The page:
Government Parliamentary Committees (GPC)

You are not to blame if you are clueless about what a Government Parliamentary Committee (GPC) is. After all, the term is seldom mentioned in the mainstream media, nor its reports available online.


So what exactly is a GPC? GPCs are meant for MPs to play the role of “internal or proxy opposition”, said former Senior Minister of State Aline Wong in an interview with The Straits Times.


It was the brainchild of then First Deputy Prime Minister Goh Chok Tong in 1987 when there was only one elected opposition MP in Parliament — Mr Chiam See Tong. To make up for the lack of opposition voices in Parliament, Mr Goh made PAP MPs play the role of an Opposition by analyzing policies and suggesting feedback.


At the start, some PAP MPs took on this opposing role seriously. When Parliament had to vote on the Budget in 1987, Mr Tang See Chim — a member of the Home Affairs GPC — cajoled fellow MPs to vote against the Government because his request to get more funding to hire full-time researchers for GPCs was rejected. Majority of MPs backed the Government.


Now with more opposition MPs in Parliament, there is less need for PAP backbenchers to be a shadow opposition.


But GPCs are still important, especially during Budget debates when MPs in each committee have many things to speak and critique on with too little time. So, they split the topics among themselves to ensure they bao kah liao (hokkien for ensuring everything is covered). During the debate, the committee chairperson traditionally starts the ball rolling on their ministry’s budget, although one cannot be sure if he speaks for himself or the GPC.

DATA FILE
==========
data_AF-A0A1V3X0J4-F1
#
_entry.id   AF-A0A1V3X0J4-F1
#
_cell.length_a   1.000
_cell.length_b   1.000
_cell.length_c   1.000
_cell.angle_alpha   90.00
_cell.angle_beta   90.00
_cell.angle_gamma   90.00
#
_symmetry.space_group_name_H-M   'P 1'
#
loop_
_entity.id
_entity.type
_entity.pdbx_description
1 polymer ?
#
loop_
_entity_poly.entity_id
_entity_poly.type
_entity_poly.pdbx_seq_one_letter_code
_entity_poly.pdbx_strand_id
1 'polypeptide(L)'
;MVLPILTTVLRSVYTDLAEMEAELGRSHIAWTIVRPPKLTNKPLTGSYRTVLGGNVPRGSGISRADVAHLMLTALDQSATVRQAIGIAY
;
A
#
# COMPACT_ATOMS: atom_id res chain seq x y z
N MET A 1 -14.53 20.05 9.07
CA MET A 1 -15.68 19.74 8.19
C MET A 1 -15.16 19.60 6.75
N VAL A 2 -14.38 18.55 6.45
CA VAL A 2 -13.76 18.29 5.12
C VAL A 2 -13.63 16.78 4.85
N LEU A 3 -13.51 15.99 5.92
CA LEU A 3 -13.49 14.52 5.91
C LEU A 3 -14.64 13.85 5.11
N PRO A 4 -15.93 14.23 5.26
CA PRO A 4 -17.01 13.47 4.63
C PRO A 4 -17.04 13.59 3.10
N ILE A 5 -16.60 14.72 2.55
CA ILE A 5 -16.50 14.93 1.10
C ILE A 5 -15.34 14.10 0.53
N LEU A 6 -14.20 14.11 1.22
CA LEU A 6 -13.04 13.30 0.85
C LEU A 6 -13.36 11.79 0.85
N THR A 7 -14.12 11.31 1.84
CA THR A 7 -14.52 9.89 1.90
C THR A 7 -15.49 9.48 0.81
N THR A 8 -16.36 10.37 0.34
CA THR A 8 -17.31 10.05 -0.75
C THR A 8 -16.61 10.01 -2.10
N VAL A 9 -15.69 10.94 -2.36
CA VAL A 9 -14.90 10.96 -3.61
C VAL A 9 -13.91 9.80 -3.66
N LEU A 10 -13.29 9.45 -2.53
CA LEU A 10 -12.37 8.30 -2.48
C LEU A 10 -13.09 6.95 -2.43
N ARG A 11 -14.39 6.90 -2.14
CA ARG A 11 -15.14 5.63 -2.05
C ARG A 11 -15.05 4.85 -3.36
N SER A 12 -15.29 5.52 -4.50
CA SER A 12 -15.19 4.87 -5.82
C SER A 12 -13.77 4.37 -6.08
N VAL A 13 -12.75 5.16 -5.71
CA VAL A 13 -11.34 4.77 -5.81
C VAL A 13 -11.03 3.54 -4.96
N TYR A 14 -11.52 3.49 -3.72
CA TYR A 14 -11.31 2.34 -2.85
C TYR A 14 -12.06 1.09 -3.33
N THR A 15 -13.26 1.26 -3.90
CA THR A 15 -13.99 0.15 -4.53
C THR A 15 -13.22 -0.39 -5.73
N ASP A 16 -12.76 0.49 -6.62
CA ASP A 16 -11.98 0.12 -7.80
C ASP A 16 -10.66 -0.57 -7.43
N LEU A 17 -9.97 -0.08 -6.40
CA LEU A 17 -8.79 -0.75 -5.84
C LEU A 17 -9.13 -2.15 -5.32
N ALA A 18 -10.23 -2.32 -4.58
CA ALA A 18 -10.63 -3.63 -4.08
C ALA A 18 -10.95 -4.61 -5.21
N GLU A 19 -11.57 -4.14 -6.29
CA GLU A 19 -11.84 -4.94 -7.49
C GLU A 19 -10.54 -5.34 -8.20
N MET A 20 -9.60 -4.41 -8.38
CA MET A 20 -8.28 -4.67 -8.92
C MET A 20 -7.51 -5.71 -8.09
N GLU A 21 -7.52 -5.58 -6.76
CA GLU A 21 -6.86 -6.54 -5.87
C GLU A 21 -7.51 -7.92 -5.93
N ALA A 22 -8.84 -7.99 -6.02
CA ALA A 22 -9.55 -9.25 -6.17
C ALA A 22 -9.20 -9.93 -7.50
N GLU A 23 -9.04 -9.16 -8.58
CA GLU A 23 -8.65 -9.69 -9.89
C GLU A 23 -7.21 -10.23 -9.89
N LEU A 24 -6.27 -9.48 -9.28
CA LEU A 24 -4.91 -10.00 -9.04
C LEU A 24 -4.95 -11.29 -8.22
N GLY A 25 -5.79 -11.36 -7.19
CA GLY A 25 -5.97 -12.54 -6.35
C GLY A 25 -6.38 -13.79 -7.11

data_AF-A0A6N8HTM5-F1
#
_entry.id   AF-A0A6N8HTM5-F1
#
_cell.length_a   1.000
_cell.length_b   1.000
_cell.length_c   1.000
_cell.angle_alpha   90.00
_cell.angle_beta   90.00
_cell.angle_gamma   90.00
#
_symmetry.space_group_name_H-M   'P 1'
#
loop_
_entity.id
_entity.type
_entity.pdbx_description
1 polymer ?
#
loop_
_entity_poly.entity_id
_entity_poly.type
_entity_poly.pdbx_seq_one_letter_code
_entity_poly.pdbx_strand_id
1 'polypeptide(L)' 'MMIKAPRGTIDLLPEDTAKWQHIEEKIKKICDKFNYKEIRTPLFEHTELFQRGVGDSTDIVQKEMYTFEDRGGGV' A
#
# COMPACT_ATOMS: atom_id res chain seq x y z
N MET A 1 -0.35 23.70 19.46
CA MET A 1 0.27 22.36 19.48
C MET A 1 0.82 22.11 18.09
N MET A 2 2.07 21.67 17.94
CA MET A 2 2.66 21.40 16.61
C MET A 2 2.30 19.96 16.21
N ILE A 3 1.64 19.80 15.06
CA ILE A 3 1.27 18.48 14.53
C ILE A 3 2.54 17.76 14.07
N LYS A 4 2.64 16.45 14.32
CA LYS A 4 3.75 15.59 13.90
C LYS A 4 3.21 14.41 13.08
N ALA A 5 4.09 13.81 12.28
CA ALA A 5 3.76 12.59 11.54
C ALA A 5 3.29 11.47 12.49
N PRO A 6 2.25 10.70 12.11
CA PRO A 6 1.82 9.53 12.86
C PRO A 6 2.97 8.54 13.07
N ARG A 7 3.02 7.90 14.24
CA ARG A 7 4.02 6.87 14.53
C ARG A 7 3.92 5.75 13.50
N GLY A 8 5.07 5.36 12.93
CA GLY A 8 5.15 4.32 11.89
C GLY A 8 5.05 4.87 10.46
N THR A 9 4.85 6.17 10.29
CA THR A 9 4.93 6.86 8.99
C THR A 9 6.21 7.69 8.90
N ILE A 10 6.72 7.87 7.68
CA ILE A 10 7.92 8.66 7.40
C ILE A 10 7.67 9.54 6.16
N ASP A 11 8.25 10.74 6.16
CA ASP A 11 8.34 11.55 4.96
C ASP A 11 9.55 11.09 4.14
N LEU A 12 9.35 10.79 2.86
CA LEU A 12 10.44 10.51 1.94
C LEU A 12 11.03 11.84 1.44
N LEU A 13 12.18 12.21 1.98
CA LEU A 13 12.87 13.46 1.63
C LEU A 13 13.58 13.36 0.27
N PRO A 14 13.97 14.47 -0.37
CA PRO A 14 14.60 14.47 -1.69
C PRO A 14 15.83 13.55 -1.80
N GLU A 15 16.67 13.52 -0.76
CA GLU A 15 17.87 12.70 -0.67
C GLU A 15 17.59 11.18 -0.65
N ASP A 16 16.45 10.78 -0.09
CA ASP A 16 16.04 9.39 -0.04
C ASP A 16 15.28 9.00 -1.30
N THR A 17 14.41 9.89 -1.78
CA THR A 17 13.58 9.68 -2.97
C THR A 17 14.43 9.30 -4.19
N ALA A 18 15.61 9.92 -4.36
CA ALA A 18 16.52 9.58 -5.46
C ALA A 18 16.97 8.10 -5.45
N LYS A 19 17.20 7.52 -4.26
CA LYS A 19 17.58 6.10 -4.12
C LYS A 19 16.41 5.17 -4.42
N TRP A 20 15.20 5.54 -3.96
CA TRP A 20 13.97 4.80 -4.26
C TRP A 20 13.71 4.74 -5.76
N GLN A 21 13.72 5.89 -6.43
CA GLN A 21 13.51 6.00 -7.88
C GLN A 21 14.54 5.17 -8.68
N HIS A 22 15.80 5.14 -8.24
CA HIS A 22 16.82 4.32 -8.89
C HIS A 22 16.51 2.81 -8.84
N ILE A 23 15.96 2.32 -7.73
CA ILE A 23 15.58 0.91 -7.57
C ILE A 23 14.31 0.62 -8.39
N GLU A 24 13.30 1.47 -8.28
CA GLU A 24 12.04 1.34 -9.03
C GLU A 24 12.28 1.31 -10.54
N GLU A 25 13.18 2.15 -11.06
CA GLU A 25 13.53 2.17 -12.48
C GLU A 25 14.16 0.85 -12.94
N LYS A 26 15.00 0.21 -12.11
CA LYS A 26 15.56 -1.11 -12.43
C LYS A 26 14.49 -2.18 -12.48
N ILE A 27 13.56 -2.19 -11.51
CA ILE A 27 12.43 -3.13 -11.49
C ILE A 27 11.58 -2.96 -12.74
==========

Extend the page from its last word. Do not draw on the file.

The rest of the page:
The good news is, MPs can choose which GPCs they want to be in, although the top echelon of the party makes the final call. Once formed, the members will elect a chairperson from among themselves.


The first reshuffle of the GPC after the last general election took place on 13 Nov 2015 — the National Development and Environment and Water Resources GPC was split into two, increasing the total number of committees from 11 to 12. The latest reshuffle of the GPC took place on 4 May 2018 when four backbenchers were appointed to hold office positions.


You can see the full list of current GPC members here.

By NUS Communications and New Media

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